1) Small bills — ones and fives — make life easier for the vendors, especially in the early moments of the market. (Tens and twenties welcomed too, of course, but the smaller bills are better first thing..)
2) There should be plenty of parking available on Hodges – from the harbor to Academy Street and on South Water Street. Unless you’re planning to be shopping inside the Provision Company please don’t park in the spaces directly in front of or beside that building. Those spaces are needed for the Provision Company customers and everyone wants to be a good neighbor. So, please, park there only if you plan to shop there.A Different Way To Cook?
If you’re looking for a new way to cook the produce you buy at the Oriental Farmers’ Market, check out our Recipe page.Looking for Organically Raised Chicken and Meat in Oriental?
One more note: organically raised meats and poultry are easier to get in Oriental now. You can have your organic meats and get them delivered, too.
Genell Pridgen and her husband and her parents raise chickens, cows, pigs and lambs at their Rainbow Meadow Farms in Snow Hill. They also make bacon and sausage from the organically raised animals and all of it is in great demand from here to the Triangle. (And for good reason: the meats really do taste better than the mass-produced ones.)
What’s good for us is that Genell and her family come to Oriental every other weekend for some R&R from the hard work on their farm. Genell says that if Oriental Farmers’ Market customers want to order Rainbow Meadow meats on line, she can deliver them when she comes to Oriental. The Rainbow Meadow Farm website is http://www.rmfpasturepuremeats.comA big “Thank You” for nurturing our grassroots….
The Oriental Market has been a truly grassroots effort since its start in July 2007 and we remain a grassroots effort. We get no funding from any source other than you when you come to the market. Now in to our seventh year, we send a big thanks to you for your support….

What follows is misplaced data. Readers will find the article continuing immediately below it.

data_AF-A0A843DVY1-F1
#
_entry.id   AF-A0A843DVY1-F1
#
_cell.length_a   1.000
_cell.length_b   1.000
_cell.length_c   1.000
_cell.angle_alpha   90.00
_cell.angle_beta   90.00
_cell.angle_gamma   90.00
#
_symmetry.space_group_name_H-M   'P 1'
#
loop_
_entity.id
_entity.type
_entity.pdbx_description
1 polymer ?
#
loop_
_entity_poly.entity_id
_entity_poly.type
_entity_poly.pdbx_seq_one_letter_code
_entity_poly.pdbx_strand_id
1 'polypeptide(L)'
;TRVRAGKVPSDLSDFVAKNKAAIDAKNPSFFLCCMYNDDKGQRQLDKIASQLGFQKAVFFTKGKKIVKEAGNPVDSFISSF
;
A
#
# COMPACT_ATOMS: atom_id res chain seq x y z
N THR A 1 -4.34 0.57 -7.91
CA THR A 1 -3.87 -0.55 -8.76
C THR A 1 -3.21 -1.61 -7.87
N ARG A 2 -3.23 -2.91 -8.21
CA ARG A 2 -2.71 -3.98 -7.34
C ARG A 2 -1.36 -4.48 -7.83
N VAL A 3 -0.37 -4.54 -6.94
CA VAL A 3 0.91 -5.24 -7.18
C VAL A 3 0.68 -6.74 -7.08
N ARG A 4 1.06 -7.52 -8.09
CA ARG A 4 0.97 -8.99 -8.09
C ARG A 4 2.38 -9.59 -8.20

If you’re new to us, and if you are looking for locally grown, locally made food, some introductions are in order. Namely, we are as local as you are going to get, unless you grow it yourself. Throughout the year — all 12 months — you’ll find produce grown in gardens in Oriental and Pamlico County. Eggs laid by Pamlico County hens. Breads and other baked goods coming from local ovens. As well as plants and artisans’ work….
Most of our growers raise their produce without chemicals. Find out for yourself. Come on down and talk to the people who grow the food and ask them how they grew it. That’s the beauty of the Oriental Farmers’ Market. You can also ask about the chickens that lay the eggs and the baked goods that come from Oriental and Pamlico County kitchens and the artisans’ work and the plants….The Oriental Farmers’ Market sign floated away in Hurricane Irene from its usual position outside the Wits’ End on Hodges Street. During the storm surge, it floated away and away and away and came to rest in a backyard in the SailLoft subdivision on the other side of the bridge. It’s since been returned to its home.Our other Oriental Farmers’ Market sign came back home in late September, thanks to Bill Manger who found it while clearing trees near a friend’s home at Otter Creek. After floating 8/10ths of a mile away in Irene, the sign is a little heavier — with all the absorbed water — and needed a wash, but it’s back on Hodges Street to again let passersby know about the market.Got A Recipe?
Want to share a recipe with the Oriental Farmers’ Market? We’re open to recipes for any thing that’s in season or sold at the market. Drop us a line here and we’ll post your recipe on the recipes page (To send the recipe, just click reply on this email.)Come On Down And Sell At The Market
We welcome you to sell at the market if you have something that is locally made or locally grown. Basically, if it’s locally made or locally grown, bring it to the market to sell. There are a few more guidelines for selling at the market which you can read here. As guidelines go, these are pretty simple, so come on down and join us as a vendor. (But please, contact us first so we can let our customers know you’re coming.)
We also welcome your ideas of food-plant-craft related demonstrations to happen at the Farmers’ Market. For more info, call Melinda at 675-0180.
Farmers' Market Hours
The Farmers' Market is on Hodges Street near the Harbor